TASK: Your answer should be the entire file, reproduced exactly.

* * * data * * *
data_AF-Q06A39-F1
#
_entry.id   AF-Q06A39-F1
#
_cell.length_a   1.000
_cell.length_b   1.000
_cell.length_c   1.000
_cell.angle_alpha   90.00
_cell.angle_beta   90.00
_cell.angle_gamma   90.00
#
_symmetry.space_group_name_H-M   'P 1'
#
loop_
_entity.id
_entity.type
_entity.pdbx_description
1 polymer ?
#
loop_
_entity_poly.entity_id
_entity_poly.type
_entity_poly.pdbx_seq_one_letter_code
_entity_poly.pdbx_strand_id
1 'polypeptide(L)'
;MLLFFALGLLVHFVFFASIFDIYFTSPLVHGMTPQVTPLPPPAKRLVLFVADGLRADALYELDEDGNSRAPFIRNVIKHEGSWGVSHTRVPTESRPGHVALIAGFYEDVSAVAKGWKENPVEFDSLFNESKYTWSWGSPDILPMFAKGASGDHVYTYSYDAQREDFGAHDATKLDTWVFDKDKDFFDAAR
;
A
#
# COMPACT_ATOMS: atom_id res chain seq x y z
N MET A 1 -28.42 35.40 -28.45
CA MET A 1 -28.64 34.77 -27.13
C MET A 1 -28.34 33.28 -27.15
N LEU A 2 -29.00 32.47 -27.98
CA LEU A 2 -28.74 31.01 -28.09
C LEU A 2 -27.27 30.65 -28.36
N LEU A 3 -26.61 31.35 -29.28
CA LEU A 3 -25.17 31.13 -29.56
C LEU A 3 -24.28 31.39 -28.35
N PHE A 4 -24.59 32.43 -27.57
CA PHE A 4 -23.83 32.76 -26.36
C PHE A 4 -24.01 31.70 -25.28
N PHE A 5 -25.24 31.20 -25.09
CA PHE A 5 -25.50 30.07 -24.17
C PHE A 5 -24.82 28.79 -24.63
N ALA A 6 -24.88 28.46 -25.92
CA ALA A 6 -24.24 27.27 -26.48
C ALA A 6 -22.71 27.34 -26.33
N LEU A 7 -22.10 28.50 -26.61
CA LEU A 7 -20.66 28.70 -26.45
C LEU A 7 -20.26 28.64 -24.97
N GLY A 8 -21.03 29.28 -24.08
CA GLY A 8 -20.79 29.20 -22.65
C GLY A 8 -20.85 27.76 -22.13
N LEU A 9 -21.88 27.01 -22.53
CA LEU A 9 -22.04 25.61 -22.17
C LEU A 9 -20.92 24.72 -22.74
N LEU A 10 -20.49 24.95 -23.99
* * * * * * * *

data_AF-Q06A39-F1
#
_entry.id   AF-Q06A39-F1
#
_cell.length_a   1.000
_cell.length_b   1.000
_cell.length_c   1.000
_cell.angle_alpha   90.00
_cell.angle_beta   90.00
_cell.angle_gamma   90.00
#
_symmetry.space_group_name_H-M   'P 1'
#
loop_
_entity.id
_entity.type
_entity.pdbx_description
1 polymer ?
#
loop_
_entity_poly.entity_id
_entity_poly.type
_entity_poly.pdbx_seq_one_letter_code
_entity_poly.pdbx_strand_id
1 'polypeptide(L)'
;MLLFFALGLLVHFVFFASIFDIYFTSPLVHGMTPQVTPLPPPAKRLVLFVADGLRADALYELDEDGNSRAPFIRNVIKHEGSWGVSHTRVPTESRPGHVALIAGFYEDVSAVAKGWKENPVEFDSLFNESKYTWSWGSPDILPMFAKGASGDHVYTYSYDAQREDFGAHDATKLDTWVFDKDKDFFDAAR
;
A
#
# COMPACT_ATOMS: atom_id res chain seq x y z
N MET A 1 -28.42 35.40 -28.45
CA MET A 1 -28.64 34.77 -27.13
C MET A 1 -28.34 33.28 -27.15
N LEU A 2 -29.00 32.47 -27.98
CA LEU A 2 -28.74 31.01 -28.09
C LEU A 2 -27.27 30.65 -28.36
N LEU A 3 -26.61 31.35 -29.28
CA LEU A 3 -25.17 31.13 -29.56
C LEU A 3 -24.28 31.39 -28.35
N PHE A 4 -24.59 32.43 -27.57
CA PHE A 4 -23.83 32.76 -26.36
C PHE A 4 -24.01 31.70 -25.28
N PHE A 5 -25.24 31.20 -25.09
CA PHE A 5 -25.50 30.07 -24.17
C PHE A 5 -24.82 28.79 -24.63
N ALA A 6 -24.88 28.46 -25.92
CA ALA A 6 -24.24 27.27 -26.48
C ALA A 6 -22.71 27.34 -26.33
N LEU A 7 -22.10 28.50 -26.61
CA LEU A 7 -20.66 28.70 -26.45
C LEU A 7 -20.26 28.64 -24.97
N GLY A 8 -21.03 29.28 -24.08
CA GLY A 8 -20.79 29.20 -22.65
C GLY A 8 -20.85 27.76 -22.13
N LEU A 9 -21.88 27.01 -22.53
CA LEU A 9 -22.04 25.61 -22.17
C LEU A 9 -20.92 24.72 -22.74
N LEU A 10 -20.49 24.95 -23.99